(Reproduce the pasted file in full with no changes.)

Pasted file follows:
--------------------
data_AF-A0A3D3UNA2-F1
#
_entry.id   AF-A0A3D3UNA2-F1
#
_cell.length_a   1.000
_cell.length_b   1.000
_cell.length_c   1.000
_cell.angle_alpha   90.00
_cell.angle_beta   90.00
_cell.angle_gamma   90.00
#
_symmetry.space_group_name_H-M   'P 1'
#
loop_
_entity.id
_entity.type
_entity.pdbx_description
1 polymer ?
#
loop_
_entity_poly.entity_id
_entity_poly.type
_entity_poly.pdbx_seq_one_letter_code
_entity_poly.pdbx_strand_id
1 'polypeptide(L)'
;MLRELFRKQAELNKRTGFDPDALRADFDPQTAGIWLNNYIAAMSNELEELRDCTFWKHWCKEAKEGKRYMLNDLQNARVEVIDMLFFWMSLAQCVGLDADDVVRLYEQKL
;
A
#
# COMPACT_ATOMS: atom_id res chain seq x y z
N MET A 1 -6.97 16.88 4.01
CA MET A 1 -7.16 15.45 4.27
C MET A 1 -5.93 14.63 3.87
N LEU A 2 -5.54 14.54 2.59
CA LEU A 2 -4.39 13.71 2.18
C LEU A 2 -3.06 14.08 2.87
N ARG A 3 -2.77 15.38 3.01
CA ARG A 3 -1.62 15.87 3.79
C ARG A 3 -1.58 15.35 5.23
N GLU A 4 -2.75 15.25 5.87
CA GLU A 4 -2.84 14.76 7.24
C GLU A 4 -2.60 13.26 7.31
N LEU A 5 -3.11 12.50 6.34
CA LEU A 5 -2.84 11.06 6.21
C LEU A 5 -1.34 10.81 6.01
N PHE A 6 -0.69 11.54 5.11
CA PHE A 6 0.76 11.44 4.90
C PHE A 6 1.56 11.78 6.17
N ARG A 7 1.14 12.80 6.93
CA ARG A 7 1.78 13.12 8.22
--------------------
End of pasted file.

data_AF-A0A3D3UNA2-F1
#
_entry.id   AF-A0A3D3UNA2-F1
#
_cell.length_a   1.000
_cell.length_b   1.000
_cell.length_c   1.000
_cell.angle_alpha   90.00
_cell.angle_beta   90.00
_cell.angle_gamma   90.00
#
_symmetry.space_group_name_H-M   'P 1'
#
loop_
_entity.id
_entity.type
_entity.pdbx_description
1 polymer ?
#
loop_
_entity_poly.entity_id
_entity_poly.type
_entity_poly.pdbx_seq_one_letter_code
_entity_poly.pdbx_strand_id
1 'polypeptide(L)'
;MLRELFRKQAELNKRTGFDPDALRADFDPQTAGIWLNNYIAAMSNELEELRDCTFWKHWCKEAKEGKRYMLNDLQNARVEVIDMLFFWMSLAQCVGLDADDVVRLYEQKL
;
A
#
# COMPACT_ATOMS: atom_id res chain seq x y z
N MET A 1 -6.97 16.88 4.01
CA MET A 1 -7.16 15.45 4.27
C MET A 1 -5.93 14.63 3.87
N LEU A 2 -5.54 14.54 2.59
CA LEU A 2 -4.39 13.71 2.18
C LEU A 2 -3.06 14.08 2.87
N ARG A 3 -2.77 15.38 3.01
CA ARG A 3 -1.62 15.87 3.79
C ARG A 3 -1.58 15.35 5.23
N GLU A 4 -2.75 15.25 5.87
CA GLU A 4 -2.84 14.76 7.24
C GLU A 4 -2.60 13.26 7.31
N LEU A 5 -3.11 12.50 6.34
CA LEU A 5 -2.84 11.06 6.21
C LEU A 5 -1.34 10.81 6.01
N PHE A 6 -0.69 11.54 5.11
CA PHE A 6 0.76 11.44 4.90
C PHE A 6 1.56 11.78 6.17
N ARG A 7 1.14 12.80 6.93
CA ARG A 7 1.78 13.12 8.22